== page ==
Residents of Accra and, indeed, Ghanaians as a whole woke up to the disturbing story about a collapsed building at nii Boi town, a suburb of Accra, last thursday.
One person lost his life and others sustained injuries and various degrees of inconvenience, including loss of property as a result of the avoidable accident. It could have been worse. The collapse was significant because it was a d?j? vu. It brings to the fore, once more, the irresponsibility which is the feature of public service in the country and the fact that the Melcom tragedy, which occurred last year, bears similar characteristics somewhat with this. Both structures manifested dangerous signs about which concerns were raised but nothing was done to avert the bloodshed that eventually followed.
Residents in the general area of the collapsed structure raised concerns and had genuine cause to contact the owner who dismissed their fears as groundless.
The Accra Metropolitan Assembly (AMA), the authorities responsible for giving the nod for building constructions in the city, appeared to have shirked their critical responsibility. It was glaring that when the Chief Executive Officer of the assembly turned up at the disaster site, he was subtly heckled by residents. They accused the AMA of compromising their positions; although we are unable to substantiate the allegation, we can, however, point out that there is evidence of irresponsibility in the work of the assembly.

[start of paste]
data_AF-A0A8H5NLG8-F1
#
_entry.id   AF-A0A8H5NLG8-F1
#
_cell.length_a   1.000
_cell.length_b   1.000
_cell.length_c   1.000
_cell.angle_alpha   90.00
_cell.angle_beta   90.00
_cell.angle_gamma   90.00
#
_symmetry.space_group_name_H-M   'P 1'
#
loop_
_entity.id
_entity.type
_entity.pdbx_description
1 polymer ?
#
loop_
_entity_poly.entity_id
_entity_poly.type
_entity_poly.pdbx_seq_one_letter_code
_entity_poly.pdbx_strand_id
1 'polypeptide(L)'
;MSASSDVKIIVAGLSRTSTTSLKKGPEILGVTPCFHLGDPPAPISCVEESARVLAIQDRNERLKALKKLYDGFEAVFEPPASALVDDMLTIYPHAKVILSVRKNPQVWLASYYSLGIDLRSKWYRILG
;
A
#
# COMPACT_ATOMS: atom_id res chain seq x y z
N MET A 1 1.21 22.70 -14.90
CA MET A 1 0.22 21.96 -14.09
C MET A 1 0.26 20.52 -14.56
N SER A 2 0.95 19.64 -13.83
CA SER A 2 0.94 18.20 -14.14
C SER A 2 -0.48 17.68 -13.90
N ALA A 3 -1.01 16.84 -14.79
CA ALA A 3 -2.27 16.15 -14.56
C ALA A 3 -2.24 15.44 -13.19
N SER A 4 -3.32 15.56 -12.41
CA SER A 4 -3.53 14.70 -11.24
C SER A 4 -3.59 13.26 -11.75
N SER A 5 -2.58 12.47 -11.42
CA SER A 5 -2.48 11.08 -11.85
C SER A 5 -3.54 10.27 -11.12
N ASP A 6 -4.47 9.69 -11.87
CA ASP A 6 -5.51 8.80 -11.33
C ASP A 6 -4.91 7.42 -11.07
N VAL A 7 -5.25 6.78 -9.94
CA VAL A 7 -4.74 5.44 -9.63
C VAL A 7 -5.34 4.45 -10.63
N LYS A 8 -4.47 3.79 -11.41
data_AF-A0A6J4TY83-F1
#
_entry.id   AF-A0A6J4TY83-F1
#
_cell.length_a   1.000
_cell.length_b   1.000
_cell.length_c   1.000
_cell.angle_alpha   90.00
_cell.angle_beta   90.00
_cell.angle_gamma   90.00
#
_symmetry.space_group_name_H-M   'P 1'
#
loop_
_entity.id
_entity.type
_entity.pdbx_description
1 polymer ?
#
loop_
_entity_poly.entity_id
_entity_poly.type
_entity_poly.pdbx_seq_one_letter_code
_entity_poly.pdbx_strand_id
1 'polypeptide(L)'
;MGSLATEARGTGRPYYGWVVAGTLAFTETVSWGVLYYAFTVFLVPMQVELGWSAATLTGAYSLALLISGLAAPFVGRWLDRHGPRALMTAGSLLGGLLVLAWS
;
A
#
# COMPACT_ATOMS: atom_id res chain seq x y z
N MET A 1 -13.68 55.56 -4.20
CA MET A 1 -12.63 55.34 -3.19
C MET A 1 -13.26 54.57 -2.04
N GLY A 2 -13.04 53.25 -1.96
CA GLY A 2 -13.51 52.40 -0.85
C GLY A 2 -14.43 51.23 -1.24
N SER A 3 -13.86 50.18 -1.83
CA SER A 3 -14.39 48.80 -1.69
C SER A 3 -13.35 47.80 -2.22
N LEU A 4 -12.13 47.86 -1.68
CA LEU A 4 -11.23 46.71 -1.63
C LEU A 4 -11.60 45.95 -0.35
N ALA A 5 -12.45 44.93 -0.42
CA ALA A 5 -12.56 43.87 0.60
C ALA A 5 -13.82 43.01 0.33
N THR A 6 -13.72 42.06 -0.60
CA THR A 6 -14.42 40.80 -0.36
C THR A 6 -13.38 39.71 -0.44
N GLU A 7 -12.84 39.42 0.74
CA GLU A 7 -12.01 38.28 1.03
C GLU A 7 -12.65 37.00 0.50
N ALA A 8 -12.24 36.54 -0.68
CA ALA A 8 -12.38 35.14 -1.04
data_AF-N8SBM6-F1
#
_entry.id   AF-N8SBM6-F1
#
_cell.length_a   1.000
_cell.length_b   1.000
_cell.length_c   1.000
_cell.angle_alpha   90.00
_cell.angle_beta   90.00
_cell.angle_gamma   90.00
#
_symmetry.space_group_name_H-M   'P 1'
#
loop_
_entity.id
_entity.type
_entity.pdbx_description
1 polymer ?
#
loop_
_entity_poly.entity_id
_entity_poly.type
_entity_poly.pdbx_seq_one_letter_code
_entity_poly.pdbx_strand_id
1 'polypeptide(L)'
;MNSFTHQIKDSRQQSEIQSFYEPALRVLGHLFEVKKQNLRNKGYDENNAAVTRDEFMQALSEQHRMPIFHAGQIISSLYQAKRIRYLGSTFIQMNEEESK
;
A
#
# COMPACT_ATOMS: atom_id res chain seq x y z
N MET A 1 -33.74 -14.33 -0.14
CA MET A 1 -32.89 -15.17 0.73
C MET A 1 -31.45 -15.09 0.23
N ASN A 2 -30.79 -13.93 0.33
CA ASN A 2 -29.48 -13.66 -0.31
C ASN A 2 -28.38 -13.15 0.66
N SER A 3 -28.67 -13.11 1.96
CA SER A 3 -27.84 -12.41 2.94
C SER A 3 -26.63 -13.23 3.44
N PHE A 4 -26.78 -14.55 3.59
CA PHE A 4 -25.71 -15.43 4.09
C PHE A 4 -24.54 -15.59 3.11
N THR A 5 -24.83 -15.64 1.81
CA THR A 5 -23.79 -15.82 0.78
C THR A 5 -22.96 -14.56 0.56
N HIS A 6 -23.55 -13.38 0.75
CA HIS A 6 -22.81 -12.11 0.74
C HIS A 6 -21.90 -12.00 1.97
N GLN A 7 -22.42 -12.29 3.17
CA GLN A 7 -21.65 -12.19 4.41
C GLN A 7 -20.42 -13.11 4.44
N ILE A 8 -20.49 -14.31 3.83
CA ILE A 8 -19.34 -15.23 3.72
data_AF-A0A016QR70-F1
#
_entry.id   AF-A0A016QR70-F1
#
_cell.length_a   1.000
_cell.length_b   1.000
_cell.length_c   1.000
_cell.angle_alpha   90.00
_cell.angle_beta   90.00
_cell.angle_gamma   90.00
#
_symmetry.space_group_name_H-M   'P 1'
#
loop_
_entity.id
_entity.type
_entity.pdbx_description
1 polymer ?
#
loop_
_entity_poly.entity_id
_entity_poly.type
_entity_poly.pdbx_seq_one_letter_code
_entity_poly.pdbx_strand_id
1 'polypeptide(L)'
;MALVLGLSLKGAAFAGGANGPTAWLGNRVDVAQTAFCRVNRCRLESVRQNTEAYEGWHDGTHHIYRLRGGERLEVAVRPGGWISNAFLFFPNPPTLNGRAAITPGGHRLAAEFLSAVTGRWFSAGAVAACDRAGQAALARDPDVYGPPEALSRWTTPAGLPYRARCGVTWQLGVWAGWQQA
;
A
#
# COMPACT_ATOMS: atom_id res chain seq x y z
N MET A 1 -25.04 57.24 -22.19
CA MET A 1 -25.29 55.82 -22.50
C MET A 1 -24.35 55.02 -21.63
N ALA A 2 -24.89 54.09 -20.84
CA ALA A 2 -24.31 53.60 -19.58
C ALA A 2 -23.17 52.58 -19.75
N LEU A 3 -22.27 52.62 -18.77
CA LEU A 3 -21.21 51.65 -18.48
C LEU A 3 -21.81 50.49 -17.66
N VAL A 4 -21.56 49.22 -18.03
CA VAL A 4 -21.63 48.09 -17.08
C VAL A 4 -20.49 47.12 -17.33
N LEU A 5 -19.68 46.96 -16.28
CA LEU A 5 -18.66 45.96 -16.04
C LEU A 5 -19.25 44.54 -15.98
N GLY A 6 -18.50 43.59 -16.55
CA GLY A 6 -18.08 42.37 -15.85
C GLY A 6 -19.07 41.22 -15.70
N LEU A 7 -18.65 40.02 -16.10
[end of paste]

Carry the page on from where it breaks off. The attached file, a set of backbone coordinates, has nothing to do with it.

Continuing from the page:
Under normal circumstances, the construction of a structure of the magnitude of the collapsed building should be preceded by acquisition of building permits and procedures such as soil tests.
The foregone were subtly waivered. The owner of the building is said to have assured those who complained about the danger posed by the structure that he was on the verge of acquiring a permit.
Building inspectors who are required to order the stoppage of constructions when these do not conform to standards, it would appear, have been found wanting in their work under the circumstances.
We are finding it difficult to understand how such a structure got to the level it did without official query raised by the many AMA building inspectors who roam the city with gallons of red paint ready to inscribe, ?Stop Work! Produce Permit,? on even hen coops.
As usual, important public office holders, government appointees such as ministers and others, would throng such disaster sites sympathizing with victims and promising all manner of support as they did Thursday morning.
Contractors are arrested for the cameras but sooner than later when the dust is settled, these persons are released and a closure is forcefully enacted.
Whatever happened to the Melcom case? And now this! In a country where failed public office holders do not resign their appointments until they are sacked ignominiously, the AMA Chief Executive Officer, we can bet, would maintain his position, business as usual.